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How Much Do Poker Dealers Make?

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Poker Dealers: Is a Casino Career in the Cards?

If you enjoy playing poker or watching it on television, a career as a poker dealer might be a good fit for you. Working as a dealer allows you to interact with many different people and enjoy a good game of poker without running the risk of losing all your money. Because casinos operate 24/7, many parents who work as dealers can schedule shifts around their children’s schedules.

Job Description

As the job title suggests, the primary duty of a poker dealer is to deal out cards to players. Dealers also help manage the game by greeting new players, exchanging cash for poker chips, collecting and paying out chips during the game, and monitoring the game for cheating.

Education Requirements

To become a casino dealer, you’ll usually need to have a minimum of a high school diploma or GED. From there, you can go to dealer school and complete a training course in poker dealing. These courses typically range from four to eight weeks in length. Many gaming experts note, however, that one of the primary requirements for being a good dealer is that you’re a “people person” and have a positive attitude. That’s why why some casinos will ask job candidates to come in for an audition so their potential supervisors can get a better understanding of their personality and potential.

Depending on the state or county that you work in, you may need to obtain a gaming license. Qualifications for a license vary, but you will likely have to prove your identity, undergo a background check and pay a licensing fee.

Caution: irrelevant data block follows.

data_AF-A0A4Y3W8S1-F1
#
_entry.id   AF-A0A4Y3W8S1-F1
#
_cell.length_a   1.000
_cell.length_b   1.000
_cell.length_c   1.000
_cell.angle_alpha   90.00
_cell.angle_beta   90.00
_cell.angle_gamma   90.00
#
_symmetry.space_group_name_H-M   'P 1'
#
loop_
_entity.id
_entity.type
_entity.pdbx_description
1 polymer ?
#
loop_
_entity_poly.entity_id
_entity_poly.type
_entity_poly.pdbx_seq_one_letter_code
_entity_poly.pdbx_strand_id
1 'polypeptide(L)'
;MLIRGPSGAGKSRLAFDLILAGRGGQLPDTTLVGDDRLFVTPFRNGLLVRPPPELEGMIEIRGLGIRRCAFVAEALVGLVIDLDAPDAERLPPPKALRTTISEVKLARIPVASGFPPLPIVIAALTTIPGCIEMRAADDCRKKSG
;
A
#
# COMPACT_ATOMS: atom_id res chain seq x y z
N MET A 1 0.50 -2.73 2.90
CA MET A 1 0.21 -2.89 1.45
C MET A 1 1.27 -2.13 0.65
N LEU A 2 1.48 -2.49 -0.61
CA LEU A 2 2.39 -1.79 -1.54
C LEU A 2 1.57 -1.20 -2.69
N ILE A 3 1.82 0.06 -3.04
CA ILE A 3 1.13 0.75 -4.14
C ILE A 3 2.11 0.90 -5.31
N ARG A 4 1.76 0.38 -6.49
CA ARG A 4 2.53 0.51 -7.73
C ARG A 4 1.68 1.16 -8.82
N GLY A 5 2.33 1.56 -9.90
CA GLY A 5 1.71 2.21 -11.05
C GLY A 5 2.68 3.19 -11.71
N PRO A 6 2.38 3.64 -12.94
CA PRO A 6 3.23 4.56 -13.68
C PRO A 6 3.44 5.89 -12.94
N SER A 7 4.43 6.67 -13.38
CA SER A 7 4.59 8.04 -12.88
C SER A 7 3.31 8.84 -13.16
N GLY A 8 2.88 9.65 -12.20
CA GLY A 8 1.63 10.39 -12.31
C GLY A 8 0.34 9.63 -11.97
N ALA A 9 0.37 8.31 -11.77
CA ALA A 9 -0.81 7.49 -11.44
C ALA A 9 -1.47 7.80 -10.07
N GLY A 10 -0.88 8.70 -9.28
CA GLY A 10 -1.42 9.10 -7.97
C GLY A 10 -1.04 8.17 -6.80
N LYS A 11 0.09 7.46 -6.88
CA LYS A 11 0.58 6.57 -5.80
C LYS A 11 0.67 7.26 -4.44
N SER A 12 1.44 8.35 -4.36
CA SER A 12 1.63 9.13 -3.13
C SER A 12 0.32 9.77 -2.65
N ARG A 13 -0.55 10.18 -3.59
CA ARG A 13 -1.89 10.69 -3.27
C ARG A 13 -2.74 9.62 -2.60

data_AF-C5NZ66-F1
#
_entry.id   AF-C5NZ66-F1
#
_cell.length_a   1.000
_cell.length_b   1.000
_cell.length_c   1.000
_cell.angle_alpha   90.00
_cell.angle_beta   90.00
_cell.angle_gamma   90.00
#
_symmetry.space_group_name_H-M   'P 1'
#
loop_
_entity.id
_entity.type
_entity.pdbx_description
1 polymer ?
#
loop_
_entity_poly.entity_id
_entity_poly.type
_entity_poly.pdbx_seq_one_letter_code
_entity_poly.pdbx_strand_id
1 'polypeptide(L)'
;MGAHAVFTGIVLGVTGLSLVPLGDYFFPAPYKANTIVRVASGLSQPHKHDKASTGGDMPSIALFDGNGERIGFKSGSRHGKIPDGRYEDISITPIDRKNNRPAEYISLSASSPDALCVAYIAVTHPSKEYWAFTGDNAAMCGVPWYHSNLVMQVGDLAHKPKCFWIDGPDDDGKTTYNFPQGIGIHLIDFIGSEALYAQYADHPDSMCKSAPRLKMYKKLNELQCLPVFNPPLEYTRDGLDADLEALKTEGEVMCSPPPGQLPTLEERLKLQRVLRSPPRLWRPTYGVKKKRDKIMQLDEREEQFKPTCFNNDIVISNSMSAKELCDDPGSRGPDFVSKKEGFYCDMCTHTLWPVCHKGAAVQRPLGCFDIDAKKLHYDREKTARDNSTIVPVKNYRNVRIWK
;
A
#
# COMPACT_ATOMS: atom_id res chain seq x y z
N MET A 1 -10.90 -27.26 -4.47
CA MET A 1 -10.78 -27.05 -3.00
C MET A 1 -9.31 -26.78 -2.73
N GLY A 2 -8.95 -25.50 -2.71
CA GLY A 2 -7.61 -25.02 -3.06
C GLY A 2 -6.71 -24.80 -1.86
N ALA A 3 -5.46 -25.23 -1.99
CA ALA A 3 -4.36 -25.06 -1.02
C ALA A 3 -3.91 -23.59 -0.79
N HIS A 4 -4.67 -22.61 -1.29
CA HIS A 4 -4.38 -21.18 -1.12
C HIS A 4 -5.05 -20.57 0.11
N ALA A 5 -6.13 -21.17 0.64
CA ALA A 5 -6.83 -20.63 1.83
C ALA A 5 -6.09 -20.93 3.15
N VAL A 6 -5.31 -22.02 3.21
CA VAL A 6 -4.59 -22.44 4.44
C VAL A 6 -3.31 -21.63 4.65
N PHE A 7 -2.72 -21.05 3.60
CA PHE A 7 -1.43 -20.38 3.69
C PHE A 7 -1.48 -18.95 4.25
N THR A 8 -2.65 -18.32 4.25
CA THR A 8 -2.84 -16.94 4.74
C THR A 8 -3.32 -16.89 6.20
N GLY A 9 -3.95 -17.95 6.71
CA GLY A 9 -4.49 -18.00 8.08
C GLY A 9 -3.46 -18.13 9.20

The average salary for dealers is a complicated issue. The United States Bureau of Labor Statistics does not differentiate dealers of the various types of casino games when calculating wages. The BLS’s statistics show that, as of May 2020, the median annual wage for a casino dealer was $27,050. This means that 50 percent of dealers made more than $27,050, and 50 percent made less.

However, as notes, dealers can also earn money from tips. As a result, the take-home income of poker dealers depends on where the dealer works and her overall job performance.

About the Industry

Poker dealers work in casinos and poker rooms. Some of these establishments are in hotels, resorts or even on cruise ships. In other cases, they may be freestanding and not attached to a hospitality business. Casino and poker room owners typically want to keep their players comfortable, so these rooms are usually climate-controlled. Depending on the laws where you work, however, you may be exposed to secondhand smoke while you work. The smoke may be somewhat mitigated if the room has a good air filtration system.

Casinos are typically open all the time, which means that employees usually work in shifts. As a working parent, you may be able to schedule your work hours to accommodate your family’s needs. As you gain experience, you may develop a good reputation in the poker community and may be invited to deal at tournaments. This will require travel in many cases, but you may be able to earn more at these tournaments than you would at a casino.

Years of Experience

As a dealer, you can expect to earn more as you gain job experience. A survey of casino dealers by shows a positive earnings trend for workers who continued at their jobs. Below is a table showing the correlation between years in the profession and wages:

  • 0–5 years: $38,000 
  • 5–10 years: $42,000 
  • 10–20 years: $43,000 
  • 20 years: $59,000 

Job Growth Trend

The BLS predicts that the potential for job growth for gaming dealers is 24 percent between 2020 and 2030. This growth is faster than average because more states are commercializing gambling. Finding a job as a dealer will be easier for those who are licensed professionals and already working in the profession.


Lainie Petersen writes about business, real estate and personal finance, drawing on 25 years experience in publishing and education. Petersen's work appears in Money Crashers, Selling to the Masses, and in Walmart News Now, a blog for Walmart suppliers. She holds a master's degree in library science from Dominican University.

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